We support City Council President Walter Magill’s proposal to create an estimated 100 new remote parking spots by paving the dirt parking at Romick Rodeo Arena. But even though we admire Magill’s consistent efforts through the years to address our downtown parking problem, we don’t buy the logic that 100 new spaces at the rodeo grounds would put off the need to impose paid parking on the downtown commercial district.
Making the most of our parking opportunities
Paid parking in Steamboat Springs is inevitable
Editorial board: February through May 2017
We see paid parking as an inevitability and expect traffic congestion to ease within weeks of installing such as system.
We also believe that, instead of beautifying the current entrance to the rodeo grounds, as the council president has suggested, the city should move the entrance to a new location that won’t cause cars headed for events at Howelsen Hill to back up at the railroad crossing. If city officials don’t believe that’s a problem, they can ask their own community service officers and the Howelsen Hill maintenance staff.
Breckenridge became the latest Colorado mountain town to institute paid parking in its historic downtown in December 2016, and part of that town's motivation was to reduce the number of vehicles that clogged side streets while they circled in search of an open parking spot. Another desire was to have 15 percent of the on-street spaces in the historic town available at any given time. A town official told the Summit Daily on Feb. 16 that goal had been nearly realized, with exceptions at certain times of the day on certain days of the week.
Even with fleets of condominium shuttle vans taking much of the parking pressure off Old Town Steamboat, we’ve all experienced the need to drive alleyways and hover while people carrying shopping bags approach their parked vehicles so we can swoop in.
We think new paved parking at the rodeo arena, which is used a relative handful of days each year, is an ideal place for employees of downtown businesses to park so their customers can park closer.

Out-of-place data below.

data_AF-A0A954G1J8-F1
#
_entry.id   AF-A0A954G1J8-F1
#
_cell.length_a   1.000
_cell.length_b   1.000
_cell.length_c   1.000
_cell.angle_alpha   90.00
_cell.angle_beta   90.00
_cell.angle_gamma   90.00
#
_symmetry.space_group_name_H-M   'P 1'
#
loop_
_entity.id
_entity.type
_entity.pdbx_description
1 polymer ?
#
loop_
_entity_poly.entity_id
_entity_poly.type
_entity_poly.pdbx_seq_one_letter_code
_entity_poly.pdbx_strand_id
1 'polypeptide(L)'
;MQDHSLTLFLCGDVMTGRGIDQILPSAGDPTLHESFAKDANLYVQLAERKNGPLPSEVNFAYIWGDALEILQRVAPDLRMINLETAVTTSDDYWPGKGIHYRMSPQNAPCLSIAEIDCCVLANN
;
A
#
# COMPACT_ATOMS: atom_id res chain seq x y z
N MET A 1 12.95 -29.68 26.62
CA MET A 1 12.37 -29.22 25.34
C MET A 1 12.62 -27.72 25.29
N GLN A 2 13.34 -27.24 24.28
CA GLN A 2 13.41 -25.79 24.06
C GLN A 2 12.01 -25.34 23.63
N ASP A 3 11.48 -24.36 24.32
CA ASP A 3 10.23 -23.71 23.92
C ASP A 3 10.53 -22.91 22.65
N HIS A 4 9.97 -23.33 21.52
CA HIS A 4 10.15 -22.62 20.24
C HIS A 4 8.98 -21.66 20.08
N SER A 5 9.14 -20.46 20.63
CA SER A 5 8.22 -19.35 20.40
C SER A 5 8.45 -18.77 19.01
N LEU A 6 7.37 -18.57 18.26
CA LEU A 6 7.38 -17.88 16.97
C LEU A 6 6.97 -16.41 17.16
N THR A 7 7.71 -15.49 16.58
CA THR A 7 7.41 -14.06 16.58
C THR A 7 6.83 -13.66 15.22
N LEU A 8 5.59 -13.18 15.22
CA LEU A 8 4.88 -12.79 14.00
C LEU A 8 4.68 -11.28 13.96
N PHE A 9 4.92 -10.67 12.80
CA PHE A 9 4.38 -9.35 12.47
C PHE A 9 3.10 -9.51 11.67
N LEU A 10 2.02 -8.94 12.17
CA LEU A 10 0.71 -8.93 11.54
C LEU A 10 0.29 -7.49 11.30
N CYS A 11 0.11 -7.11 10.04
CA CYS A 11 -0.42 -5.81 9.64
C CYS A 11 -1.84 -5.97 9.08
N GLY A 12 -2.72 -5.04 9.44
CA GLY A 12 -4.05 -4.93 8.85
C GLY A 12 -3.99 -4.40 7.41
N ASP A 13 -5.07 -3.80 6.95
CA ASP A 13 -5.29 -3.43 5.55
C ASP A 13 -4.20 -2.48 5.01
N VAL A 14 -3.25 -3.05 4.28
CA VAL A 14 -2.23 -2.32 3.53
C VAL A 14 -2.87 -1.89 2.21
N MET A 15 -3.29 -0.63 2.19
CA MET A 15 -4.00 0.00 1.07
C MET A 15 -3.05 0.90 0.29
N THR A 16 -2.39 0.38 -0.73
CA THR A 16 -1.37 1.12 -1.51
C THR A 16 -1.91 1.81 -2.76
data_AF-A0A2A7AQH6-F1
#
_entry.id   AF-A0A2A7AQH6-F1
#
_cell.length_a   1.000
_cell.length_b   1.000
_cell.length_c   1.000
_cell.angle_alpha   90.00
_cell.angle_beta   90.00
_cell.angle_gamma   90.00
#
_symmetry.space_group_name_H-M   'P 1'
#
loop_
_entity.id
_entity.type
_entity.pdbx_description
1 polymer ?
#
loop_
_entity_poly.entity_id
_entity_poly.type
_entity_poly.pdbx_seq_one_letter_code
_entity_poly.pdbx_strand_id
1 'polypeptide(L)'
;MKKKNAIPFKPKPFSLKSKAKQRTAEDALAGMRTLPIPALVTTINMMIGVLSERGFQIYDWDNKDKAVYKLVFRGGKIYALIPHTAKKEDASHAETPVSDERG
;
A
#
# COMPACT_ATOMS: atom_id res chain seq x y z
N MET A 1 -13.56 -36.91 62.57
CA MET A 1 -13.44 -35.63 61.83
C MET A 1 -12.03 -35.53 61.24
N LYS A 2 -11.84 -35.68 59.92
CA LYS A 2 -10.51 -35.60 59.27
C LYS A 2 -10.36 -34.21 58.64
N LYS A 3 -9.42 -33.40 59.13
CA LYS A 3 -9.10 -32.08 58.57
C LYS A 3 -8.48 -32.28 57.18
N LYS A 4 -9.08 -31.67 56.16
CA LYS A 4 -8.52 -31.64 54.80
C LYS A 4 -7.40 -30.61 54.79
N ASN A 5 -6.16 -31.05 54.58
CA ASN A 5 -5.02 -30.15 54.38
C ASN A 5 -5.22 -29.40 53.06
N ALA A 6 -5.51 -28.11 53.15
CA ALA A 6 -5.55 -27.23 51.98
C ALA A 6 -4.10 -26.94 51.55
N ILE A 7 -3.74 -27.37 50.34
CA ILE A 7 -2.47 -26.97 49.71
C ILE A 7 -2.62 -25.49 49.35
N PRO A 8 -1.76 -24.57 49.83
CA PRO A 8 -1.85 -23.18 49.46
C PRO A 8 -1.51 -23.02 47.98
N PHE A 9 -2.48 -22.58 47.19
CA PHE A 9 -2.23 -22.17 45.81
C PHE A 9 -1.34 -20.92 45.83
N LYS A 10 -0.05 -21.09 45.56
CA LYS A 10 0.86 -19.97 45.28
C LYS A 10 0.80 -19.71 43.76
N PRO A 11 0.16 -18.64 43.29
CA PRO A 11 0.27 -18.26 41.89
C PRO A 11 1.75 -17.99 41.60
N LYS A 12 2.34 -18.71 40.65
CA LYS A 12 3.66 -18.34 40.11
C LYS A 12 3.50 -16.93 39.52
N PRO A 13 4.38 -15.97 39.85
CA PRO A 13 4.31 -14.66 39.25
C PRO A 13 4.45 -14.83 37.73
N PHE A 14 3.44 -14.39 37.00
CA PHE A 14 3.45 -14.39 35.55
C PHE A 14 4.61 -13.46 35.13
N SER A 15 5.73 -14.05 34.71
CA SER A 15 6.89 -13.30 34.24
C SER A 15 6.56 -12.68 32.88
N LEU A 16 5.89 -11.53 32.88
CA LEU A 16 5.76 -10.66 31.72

Magill rationalized that paving the dirt portion of the rodeo parking lot would be cheaper than building a parking structure, and that’s certainly true; we haven’t forgotten what parking consultant Scott Martin concluded in 2014: Building a 100-space parking lot at the site of the current Eighth Street surface parking lot would cost $2 million. The parking site would loom behind the historic buildings on Lincoln Avenue while throwing shadows on Oak Street. We’ll take paid parking over an ugly parking structure that would be a blight on downtown.
We aren’t oblivious to the fact that many local residents and second homeowners loathe paid parking. But we’ve all been to other mountain towns, from Jackson, Wyoming, to Aspen to Telluride to Santa Fe, New Mexico, and experienced how well they work. Nobody fumbles in their pockets to feed meters anymore. Instead, they go to a kiosk to purchase parking with their debit cards and their mobile devices.
The 100 parking spots Magill’s plan would provide will be offset as soon as the former Yampa Valley Electric Association parking lot on 10th Street is redeveloped. And where will we be then? The answer is, we’ll be desperately in need of a high-tech paid parking system that will ensure parking spots turn over regularly, allowing guests and locals alike to enjoy some of Steamboat’s best downtown restaurants and shopping opportunities. Those activities will, in turn, fund city operations with sales tax revenues.
Paid parking doesn’t discourage people from shopping in busy downtown districts; it makes it easier to frequent independent retailers’ shops. Paid parking works.
Let’s get on with it.